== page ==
New Ter­rain Brew­ing is mak­ing its pitch for a claim to the style of beer

The Denver Post - - FRONT PAGE - By John Frank

GOLDEN» Colorado wants to stake its own claim when it comes to the most pop­u­lar craft beer style in Amer­ica: the In­dia pale ale.

The IPAs from the West Coast are known for their hoppy bit­ter­ness. The East Coast ver­sions show­case fruit fla­vors ex­tracted from the hops — es­pe­cially the juice­like New Eng­land IPAs burst­ing onto the scene.

The “Colorado IPA,” said Josh Rob­bins, the co-founder and brew­mas­ter at New Ter­rain Brew­ing in Golden, is an amal­ga­ma­tion: golden in color with a fruity aroma and fla­vor paired with a bit of bit­ter­ness to balance the medium body and dry fin­ish.

“To me, this is sort of in the mid­dle,” he said of his IPA, dubbed “Lost.” “It is a balance of fruit and a bit of dank to come up with a great IPA.”

The de­scrip­tion, as Rob­bins ac­knowl­edged, ap­plies to plenty of IPAs from brew­ers seek­ing to balance the fla­vor and bit­ter­ness de­rived from hops with ce­real and sweet­ness qual­i­ties from the grain. “I don’t think we were think­ing it’s a new style that’s out­ra­geously dif­fer­ent than any­thing else,” he said.

But his wife and co-founder, Kaylee Rob­bins, is more bold: “I think we are try­ing to make it a style,” she said.

Whether New Ter­rain’s beer rep­re­sents a new style, a mar­ket­ing trick or merely state pride, the urge to make a Colorado-cen­tric style is part of the larger trend to iden­tify beers by their lo­ca­tion to sep­a­rate them from the grow­ing craft beer herd.

And it’s about time Colorado planted a flag. The state ranks No. 2 in the na­tion in the num­ber of craft brew­eries, serves as home to the Great Amer­i­can Beer Fes­ti­val, and holds a name that is gen­er­ally syn­ony­mous with beer.

But un­like other states and re­gions, Colorado is not known for a par­tic­u­lar style of beer — one that ex­em­pli­fies its great­ness. When you visit, there is not

one brew­ery or type of beer you must drink, for bet­ter or worse.

In­stead, Colorado is ap­pre­ci­ated for its qual­ity and va­ri­ety of beer, with niche brew­eries that lead their class and gen­er­al­ists that spread the state’s brand na­tion­wide. Most brew­ers see this as a strength, not a weak­ness.

“What I ad­mire about Colorado craft beer in gen­eral is the out­stand­ing qual­ity and will­ing­ness of in­de­pen­dent craft brew­ers in the state to make a wide va­ri­ety of beers ex­cep­tion­ally well with a lo­cal twist,” said Dave Cole, the co-founder of Epic Brew­ing.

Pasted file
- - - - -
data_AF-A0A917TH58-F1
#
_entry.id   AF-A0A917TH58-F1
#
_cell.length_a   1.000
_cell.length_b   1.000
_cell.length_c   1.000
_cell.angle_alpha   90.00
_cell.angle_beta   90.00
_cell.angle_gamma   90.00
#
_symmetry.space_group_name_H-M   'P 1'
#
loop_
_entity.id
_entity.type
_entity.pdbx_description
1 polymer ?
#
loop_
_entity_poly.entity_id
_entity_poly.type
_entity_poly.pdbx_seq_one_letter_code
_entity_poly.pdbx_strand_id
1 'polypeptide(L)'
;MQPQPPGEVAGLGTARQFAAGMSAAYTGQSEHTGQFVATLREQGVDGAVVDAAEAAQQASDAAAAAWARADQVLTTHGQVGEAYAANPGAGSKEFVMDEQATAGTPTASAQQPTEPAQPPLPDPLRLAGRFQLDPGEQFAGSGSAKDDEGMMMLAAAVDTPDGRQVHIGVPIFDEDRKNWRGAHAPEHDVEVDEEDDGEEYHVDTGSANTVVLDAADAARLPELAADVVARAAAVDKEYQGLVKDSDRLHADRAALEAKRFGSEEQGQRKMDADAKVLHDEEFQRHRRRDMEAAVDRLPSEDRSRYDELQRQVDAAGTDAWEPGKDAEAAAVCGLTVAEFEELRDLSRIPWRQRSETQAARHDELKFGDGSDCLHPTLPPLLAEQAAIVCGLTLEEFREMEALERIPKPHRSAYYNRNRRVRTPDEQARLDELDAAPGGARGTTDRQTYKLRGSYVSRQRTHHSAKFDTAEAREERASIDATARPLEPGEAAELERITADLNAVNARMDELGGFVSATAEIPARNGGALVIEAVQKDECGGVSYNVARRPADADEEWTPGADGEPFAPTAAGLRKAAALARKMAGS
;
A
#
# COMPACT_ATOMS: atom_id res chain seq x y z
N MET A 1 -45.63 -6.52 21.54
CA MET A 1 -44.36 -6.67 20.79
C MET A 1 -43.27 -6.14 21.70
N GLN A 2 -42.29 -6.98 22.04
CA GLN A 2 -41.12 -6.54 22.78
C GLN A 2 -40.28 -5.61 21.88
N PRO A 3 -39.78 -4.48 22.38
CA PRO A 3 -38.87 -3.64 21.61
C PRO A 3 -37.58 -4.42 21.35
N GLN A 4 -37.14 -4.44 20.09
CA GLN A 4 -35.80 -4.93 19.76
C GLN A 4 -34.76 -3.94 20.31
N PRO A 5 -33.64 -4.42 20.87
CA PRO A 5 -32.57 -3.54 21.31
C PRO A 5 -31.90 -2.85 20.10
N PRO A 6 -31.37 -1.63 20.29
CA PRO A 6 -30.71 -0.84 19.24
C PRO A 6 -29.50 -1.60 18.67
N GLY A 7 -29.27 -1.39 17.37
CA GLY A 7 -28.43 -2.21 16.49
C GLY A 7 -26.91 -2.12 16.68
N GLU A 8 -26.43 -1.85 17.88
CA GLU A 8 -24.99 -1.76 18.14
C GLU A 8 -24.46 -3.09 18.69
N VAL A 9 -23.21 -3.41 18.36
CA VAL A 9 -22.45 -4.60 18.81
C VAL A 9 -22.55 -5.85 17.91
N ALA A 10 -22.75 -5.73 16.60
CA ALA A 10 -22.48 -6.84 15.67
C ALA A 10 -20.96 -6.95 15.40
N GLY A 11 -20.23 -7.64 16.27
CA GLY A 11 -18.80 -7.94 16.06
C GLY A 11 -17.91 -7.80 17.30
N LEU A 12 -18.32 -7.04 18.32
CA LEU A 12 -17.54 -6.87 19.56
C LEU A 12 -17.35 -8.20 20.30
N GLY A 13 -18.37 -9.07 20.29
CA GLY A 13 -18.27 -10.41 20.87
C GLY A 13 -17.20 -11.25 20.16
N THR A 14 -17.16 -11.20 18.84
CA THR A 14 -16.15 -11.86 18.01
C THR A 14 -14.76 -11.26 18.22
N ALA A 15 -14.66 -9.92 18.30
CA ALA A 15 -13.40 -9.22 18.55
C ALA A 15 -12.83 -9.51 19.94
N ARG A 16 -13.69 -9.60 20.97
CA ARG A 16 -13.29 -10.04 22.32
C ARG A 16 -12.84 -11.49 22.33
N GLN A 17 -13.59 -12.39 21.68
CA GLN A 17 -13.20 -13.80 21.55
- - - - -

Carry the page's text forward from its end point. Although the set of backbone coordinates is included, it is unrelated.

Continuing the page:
When it comes to IPAs, it’s a sim­i­lar story. “I am not sure if there re­ally is a sin­gu­lar Colorado-style IPA,” Cole said. “So many great IPAs are brewed here now.”

Epic Brew­ing’s Es­cape to Colorado IPA is one of a hand­ful of beers that bear the state’s name or in­voke a lo­ca­tion-spe­cific qual­ity. The name rep­re­sents a story of the brew­ery’s move from Utah to Den­ver.

Breck­en­ridge Brew­ery launched a new IPA in 2015, be­fore be­ing bought by beer gi­ant An­heuserBusch, that it dubbed a “Colorado-style IPA” — which the brew­ery de- scribed as “de­light­fully hoppy with sat­is­fy­ing body.”

The beer that claims the name “Colorado IPA” is made by Den­ver’s River North Brew­ery.

Pa­trick Annesty at River North said the team spent six months mak­ing test batches to try to find “a more unique fla­vor pro­file, some­thing re­ally ex­pres­sive.”

“We knew we wanted some­thing West Coast-ish with a nou­veau flo­ral as­pect,” he said.

Still, he doesn’t see it as a unique IPA style. “I don’t think we can boast that we cre­ated some­thing mon­u­men­tal for the state here,” Amnesty said. “Colorado makes many dif­fer­ent great IPAs.”

This is what makes Colorado beer dif­fi­cult to cat­e­go­rize. The brew­ers are rec­og­nized for forg­ing their own paths, rather than build­ing an iden­tity from one type of beer.

Even as he puts the state seal on one beer style, Josh Rob­bins ap­pre­ci­ates the va­ri­ety.

Less than a year old, New Ter­rain of­fers plenty of dif­fer­ent hop-cen­tric beers, in­clud­ing a New Eng­land-style IPA next to its Colorado ver­sion — the most pop­u­lar of an ev­er­chang­ing list of taps at the bar.

Rob­bins, who pre­vi­ously worked at Moun­tain Toad Brew­ing in Golden, raises his hands to his ears and shrugs his shoul­ders when asked what de­fines Colorado’s beer scene.

If any­thing, he said, it’s the brew­ing all-stars that call the state home, such as New Bel­gium, Avery and Great Di­vide.

“The tra­di­tional brew­eries had a wide va­ri­ety of beers that didn’t match. They weren’t all do­ing the same thing,” he said.

And, come to think of it, he said, “Maybe that’s part of the suc­cess, too.”

A beer sam­pler at New Ter­rain Brew­ing in Golden. Pho­tos by John Leyba, The Den­ver Post

Brew­mas­ter Josh Rob­bins of New Ter­rain pours a Colorado IPA last week at the Golden brew­ery.

Pho­tos by John Leyba, The Den­ver Post

Keane Dufresne of New Ter­rain Brew­ing helps get the brew­ery ready for busi­ness last Wed­nes­day.

Brew­mas­ter Josh Rob­bins checks a vat of Colorado IPA at New Ter­rain Brew­ing in Golden.

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